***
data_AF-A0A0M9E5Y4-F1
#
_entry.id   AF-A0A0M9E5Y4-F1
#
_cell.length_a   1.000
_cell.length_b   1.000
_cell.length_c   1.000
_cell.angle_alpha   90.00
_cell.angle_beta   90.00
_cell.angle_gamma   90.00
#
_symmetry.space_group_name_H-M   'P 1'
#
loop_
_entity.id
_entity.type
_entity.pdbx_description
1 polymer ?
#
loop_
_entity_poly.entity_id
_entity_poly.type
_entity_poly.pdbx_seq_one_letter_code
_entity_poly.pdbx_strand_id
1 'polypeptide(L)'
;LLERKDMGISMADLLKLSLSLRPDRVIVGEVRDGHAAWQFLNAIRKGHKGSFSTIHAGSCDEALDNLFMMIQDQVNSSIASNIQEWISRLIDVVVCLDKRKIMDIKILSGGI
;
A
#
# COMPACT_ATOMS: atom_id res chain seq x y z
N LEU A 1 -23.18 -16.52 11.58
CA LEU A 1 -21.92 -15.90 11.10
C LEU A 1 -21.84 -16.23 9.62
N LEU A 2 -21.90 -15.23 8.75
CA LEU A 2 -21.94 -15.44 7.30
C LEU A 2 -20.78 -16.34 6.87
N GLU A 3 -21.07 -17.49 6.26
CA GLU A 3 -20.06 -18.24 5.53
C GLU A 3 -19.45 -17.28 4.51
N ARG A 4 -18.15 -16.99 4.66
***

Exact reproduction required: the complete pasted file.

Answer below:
data_AF-A0A0M9E5Y4-F1
#
_entry.id   AF-A0A0M9E5Y4-F1
#
_cell.length_a   1.000
_cell.length_b   1.000
_cell.length_c   1.000
_cell.angle_alpha   90.00
_cell.angle_beta   90.00
_cell.angle_gamma   90.00
#
_symmetry.space_group_name_H-M   'P 1'
#
loop_
_entity.id
_entity.type
_entity.pdbx_description
1 polymer ?
#
loop_
_entity_poly.entity_id
_entity_poly.type
_entity_poly.pdbx_seq_one_letter_code
_entity_poly.pdbx_strand_id
1 'polypeptide(L)'
;LLERKDMGISMADLLKLSLSLRPDRVIVGEVRDGHAAWQFLNAIRKGHKGSFSTIHAGSCDEALDNLFMMIQDQVNSSIASNIQEWISRLIDVVVCLDKRKIMDIKILSGGI
;
A
#
# COMPACT_ATOMS: atom_id res chain seq x y z
N LEU A 1 -23.18 -16.52 11.58
CA LEU A 1 -21.92 -15.90 11.10
C LEU A 1 -21.84 -16.23 9.62
N LEU A 2 -21.90 -15.23 8.75
CA LEU A 2 -21.94 -15.44 7.30
C LEU A 2 -20.78 -16.34 6.87
N GLU A 3 -21.07 -17.49 6.26
CA GLU A 3 -20.06 -18.24 5.53
C GLU A 3 -19.45 -17.28 4.51
N ARG A 4 -18.15 -16.99 4.66